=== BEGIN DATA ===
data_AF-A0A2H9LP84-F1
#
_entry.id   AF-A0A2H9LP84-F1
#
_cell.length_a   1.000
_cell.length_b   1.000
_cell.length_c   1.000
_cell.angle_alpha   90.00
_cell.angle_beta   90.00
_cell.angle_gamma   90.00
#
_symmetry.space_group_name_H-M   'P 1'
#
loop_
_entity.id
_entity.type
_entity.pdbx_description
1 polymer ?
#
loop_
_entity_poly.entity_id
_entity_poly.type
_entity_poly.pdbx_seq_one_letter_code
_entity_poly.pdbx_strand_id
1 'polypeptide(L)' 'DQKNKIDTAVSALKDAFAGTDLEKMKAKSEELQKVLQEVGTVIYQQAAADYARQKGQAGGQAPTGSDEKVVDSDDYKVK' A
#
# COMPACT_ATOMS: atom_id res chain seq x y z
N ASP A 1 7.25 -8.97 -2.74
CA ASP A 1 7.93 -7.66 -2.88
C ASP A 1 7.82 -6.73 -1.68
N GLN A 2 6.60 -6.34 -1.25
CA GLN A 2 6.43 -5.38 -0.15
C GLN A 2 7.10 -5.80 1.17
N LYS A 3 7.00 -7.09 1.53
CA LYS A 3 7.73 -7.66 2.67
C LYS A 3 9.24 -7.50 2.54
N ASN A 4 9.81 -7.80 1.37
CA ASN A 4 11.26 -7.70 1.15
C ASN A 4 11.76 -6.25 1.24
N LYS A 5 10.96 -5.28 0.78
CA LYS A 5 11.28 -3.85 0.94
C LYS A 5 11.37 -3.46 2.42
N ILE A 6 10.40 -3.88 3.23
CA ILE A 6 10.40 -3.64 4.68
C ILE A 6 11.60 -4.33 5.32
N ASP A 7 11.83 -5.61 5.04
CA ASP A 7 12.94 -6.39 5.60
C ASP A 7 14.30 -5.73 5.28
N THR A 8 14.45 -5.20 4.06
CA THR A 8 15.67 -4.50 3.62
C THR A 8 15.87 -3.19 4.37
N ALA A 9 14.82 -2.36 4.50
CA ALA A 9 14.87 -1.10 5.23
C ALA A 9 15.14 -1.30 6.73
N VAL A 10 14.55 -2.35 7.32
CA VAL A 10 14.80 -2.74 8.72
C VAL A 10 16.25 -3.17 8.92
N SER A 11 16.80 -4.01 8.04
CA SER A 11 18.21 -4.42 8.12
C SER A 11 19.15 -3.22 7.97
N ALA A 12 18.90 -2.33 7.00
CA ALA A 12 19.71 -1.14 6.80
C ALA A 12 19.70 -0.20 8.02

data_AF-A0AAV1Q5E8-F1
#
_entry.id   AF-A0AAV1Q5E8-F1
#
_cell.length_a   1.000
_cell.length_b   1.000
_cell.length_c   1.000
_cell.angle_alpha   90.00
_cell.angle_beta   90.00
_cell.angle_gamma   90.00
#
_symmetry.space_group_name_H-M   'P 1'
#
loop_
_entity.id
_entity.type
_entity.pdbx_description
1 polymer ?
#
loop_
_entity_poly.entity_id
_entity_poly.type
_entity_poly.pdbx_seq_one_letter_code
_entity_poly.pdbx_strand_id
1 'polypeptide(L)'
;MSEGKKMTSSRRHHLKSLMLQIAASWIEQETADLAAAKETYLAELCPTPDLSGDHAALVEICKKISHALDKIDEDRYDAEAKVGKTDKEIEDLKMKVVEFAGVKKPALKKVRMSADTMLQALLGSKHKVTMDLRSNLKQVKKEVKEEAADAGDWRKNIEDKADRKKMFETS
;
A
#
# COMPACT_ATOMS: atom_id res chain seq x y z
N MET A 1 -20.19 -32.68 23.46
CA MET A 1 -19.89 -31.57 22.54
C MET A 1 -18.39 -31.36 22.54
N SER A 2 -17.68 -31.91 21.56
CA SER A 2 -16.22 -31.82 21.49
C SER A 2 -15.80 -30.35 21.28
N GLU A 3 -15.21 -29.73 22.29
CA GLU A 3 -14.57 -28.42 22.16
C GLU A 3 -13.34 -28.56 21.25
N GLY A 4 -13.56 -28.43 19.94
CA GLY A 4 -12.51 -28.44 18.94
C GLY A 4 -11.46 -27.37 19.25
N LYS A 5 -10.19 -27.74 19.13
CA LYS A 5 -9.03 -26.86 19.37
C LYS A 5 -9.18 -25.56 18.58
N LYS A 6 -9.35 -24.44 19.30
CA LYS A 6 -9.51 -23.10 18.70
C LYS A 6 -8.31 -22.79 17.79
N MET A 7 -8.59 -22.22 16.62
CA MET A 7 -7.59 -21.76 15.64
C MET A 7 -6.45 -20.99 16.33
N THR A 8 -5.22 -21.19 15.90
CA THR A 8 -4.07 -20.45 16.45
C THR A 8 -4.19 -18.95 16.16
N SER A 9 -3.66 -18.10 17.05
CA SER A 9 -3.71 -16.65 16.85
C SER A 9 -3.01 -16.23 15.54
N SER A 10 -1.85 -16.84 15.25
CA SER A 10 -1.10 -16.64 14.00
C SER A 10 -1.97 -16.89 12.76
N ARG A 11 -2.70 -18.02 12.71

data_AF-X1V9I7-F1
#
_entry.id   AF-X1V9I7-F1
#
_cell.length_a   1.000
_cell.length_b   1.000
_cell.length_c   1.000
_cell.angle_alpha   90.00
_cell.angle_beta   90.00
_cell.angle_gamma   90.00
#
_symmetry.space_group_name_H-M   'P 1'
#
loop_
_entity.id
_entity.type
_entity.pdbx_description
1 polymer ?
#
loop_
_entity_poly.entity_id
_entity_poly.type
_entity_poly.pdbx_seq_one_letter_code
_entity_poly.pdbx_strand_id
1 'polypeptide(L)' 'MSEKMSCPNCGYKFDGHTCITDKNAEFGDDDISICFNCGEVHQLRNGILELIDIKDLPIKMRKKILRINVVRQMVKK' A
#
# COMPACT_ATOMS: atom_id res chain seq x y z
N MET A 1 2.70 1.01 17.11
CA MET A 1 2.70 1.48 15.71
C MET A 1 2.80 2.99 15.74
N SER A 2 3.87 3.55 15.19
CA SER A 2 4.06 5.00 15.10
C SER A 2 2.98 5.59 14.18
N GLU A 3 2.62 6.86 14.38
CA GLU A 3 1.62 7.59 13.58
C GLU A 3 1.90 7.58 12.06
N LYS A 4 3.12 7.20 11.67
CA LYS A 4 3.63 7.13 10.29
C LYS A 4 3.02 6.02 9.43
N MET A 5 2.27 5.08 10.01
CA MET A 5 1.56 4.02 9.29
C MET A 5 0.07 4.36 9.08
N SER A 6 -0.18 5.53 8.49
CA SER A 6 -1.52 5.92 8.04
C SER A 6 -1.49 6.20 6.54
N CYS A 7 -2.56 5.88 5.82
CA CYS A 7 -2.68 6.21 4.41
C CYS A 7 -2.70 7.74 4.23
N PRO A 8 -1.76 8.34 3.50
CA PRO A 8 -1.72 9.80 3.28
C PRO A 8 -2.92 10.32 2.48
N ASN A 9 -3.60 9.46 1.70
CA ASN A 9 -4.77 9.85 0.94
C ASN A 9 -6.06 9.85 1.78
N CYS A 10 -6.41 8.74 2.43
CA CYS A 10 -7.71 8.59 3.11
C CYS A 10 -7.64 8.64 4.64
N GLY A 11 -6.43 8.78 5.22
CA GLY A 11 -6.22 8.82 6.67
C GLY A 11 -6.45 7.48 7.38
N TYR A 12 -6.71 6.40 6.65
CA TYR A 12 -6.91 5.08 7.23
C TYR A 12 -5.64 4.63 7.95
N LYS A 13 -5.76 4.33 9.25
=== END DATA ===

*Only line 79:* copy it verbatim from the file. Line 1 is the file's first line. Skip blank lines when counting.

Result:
_entity.type